New state laws affect deadly force policies, traffic regulations

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Diane Sieker photo

New laws passed last year are expected to impact things from police use of force to bicycle turning movements at intersections in the new year.

The California Highway Patrol highlighted several of these new laws in an announcement at the end of December.

Assembly Bill 392 amends the standard for police use of deadly force to “objectively reasonable force.” Before the law’s enactment, deadly force was considered justified when an officer “reasonably” believed it to be necessary.

Senate Bill 230 ensures that law enforcement agencies will be required to rewrite use of force policies to be in compliance with AB 392 and give officers and deputies mandatory training.

Assembly Bill 1266 states that bicycles will now be able to travel straight through a right or left-hand turn-only lane while at an intersection when a traffic control device indicates the maneuver would be otherwise legal. The state Department of Transportation is now required to develop new standards to implement this law.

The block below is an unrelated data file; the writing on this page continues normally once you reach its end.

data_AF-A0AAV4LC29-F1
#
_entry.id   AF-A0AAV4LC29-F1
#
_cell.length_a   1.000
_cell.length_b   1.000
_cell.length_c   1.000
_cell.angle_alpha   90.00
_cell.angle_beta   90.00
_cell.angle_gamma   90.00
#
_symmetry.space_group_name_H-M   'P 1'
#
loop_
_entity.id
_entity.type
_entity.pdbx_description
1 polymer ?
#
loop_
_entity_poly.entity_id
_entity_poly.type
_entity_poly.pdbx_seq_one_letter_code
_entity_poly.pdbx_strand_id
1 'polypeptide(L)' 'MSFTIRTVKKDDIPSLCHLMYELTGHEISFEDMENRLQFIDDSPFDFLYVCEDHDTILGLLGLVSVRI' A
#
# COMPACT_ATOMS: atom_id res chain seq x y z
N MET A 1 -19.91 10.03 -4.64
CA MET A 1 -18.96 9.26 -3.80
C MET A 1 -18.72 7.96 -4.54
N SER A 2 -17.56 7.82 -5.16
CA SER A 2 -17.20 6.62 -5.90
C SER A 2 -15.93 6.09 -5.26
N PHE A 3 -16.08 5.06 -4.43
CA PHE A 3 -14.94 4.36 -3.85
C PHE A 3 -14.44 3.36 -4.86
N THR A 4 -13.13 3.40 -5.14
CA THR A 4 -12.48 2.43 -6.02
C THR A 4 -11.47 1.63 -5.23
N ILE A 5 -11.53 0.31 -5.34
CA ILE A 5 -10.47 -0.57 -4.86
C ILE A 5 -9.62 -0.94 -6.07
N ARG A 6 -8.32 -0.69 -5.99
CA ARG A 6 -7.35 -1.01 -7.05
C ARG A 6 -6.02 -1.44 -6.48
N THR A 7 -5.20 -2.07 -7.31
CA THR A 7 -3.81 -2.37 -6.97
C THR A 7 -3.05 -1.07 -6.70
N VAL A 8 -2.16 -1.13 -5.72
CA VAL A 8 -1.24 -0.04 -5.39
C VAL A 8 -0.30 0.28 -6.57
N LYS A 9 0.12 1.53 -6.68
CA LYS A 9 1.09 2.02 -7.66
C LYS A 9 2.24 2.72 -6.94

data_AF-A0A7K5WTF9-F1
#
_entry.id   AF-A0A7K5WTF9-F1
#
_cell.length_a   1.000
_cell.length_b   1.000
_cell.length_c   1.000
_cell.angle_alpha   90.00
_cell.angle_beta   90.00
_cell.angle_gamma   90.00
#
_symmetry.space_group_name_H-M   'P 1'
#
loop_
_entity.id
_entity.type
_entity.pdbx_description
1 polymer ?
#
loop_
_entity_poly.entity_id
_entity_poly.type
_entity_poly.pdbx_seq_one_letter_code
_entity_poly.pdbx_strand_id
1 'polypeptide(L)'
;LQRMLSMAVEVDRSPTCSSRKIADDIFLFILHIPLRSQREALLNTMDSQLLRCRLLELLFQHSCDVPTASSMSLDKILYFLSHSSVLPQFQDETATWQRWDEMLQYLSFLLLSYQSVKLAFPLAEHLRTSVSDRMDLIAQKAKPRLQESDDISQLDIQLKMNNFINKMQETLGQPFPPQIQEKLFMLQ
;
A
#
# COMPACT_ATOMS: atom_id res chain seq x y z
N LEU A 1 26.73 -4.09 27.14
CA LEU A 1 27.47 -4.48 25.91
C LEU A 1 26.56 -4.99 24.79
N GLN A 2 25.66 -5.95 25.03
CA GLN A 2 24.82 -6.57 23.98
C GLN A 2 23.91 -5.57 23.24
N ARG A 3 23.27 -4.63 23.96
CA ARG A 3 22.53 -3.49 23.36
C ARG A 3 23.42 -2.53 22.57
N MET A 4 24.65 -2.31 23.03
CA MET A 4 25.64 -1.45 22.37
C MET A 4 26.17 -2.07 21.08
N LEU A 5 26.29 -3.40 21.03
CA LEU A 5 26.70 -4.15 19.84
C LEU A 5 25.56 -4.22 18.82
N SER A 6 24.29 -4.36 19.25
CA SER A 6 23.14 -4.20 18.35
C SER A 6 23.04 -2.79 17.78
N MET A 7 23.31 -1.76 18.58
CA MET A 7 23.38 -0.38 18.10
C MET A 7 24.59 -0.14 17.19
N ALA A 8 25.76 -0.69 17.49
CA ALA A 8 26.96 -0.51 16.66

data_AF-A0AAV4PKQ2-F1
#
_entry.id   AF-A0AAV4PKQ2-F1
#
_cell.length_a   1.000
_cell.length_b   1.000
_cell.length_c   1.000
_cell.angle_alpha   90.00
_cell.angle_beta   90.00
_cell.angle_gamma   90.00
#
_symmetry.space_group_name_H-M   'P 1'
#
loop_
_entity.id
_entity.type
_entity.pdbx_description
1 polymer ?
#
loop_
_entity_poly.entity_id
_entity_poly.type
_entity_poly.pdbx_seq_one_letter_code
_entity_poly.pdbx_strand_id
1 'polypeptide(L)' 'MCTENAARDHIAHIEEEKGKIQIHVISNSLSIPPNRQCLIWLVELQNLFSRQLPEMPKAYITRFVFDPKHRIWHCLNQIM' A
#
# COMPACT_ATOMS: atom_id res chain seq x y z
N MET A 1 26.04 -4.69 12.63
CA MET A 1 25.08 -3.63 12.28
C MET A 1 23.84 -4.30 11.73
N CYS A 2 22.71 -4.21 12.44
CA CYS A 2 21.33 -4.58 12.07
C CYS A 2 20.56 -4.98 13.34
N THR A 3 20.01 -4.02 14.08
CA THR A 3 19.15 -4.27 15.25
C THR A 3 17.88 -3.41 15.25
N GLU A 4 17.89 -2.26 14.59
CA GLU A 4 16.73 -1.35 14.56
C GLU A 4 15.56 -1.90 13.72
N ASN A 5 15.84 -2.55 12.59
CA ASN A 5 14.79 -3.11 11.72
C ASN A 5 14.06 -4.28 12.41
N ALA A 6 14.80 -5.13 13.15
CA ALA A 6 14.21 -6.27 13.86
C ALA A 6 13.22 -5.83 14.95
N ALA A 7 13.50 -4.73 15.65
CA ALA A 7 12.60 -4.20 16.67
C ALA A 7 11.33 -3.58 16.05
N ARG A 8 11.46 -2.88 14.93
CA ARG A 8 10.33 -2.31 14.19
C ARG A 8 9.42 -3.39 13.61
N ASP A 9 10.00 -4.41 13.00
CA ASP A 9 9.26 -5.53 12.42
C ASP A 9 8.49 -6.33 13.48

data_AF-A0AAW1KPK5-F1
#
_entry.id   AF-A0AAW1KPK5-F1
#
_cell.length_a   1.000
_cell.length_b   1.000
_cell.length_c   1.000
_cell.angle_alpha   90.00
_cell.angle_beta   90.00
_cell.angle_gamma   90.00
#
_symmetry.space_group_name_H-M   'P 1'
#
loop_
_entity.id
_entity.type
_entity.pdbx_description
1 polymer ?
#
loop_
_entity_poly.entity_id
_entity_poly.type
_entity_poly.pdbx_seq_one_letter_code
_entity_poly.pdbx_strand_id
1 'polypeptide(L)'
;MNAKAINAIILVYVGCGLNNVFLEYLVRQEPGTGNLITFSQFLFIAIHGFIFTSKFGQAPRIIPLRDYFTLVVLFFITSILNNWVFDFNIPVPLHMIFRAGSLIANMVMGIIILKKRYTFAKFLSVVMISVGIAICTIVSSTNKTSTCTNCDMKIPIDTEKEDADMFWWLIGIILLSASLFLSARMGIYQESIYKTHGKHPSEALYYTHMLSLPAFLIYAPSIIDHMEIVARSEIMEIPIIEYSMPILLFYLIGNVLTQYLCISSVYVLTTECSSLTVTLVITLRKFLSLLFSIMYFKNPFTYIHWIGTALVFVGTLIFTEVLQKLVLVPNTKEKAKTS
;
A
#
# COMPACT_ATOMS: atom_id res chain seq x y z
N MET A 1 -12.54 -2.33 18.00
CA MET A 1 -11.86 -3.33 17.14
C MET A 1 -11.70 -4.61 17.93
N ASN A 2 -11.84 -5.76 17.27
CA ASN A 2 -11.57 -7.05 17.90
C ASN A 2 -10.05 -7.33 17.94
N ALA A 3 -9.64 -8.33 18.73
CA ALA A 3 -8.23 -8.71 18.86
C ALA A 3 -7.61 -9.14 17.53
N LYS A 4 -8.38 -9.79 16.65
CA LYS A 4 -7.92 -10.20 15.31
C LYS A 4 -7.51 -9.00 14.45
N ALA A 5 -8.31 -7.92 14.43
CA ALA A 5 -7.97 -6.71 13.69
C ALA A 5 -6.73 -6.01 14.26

Assembly Bill 1810 amends California Vehicle Code to allow motor carriers of property to continue operating for up to 30 days after their permit expiration date, under certain circumstances. It also amends another section of California Vehicle Code to prohibit cannabis consumption by passengers in buses, taxis, pedicabs, limousines, housecars or campers – currently, passengers in those vehicles are only restricted from consuming alcoholic beverages.

Senate Bill 395 states that the state Department of Fish and Wildlife will be directed to conduct a pilot program for wildlife collision data-collection in order to support wildlife conservation. The law also allows the Fish and Game Commission to establish a program that would authorize permits for removal and consumption of animals including deer, elk, pronghorn antelope and wild pigs killed in a vehicle collision – meaning roadkill.

Assembly Bill 47 will not go into effect until July 1, 2021, but when it does, drivers will have a point added to their record for each additional conviction of illegally using a phone behind the wheel within 36 months of a prior conviction for the same offense.

Valley Staff can be reached at valleystaff@reedermedia.com.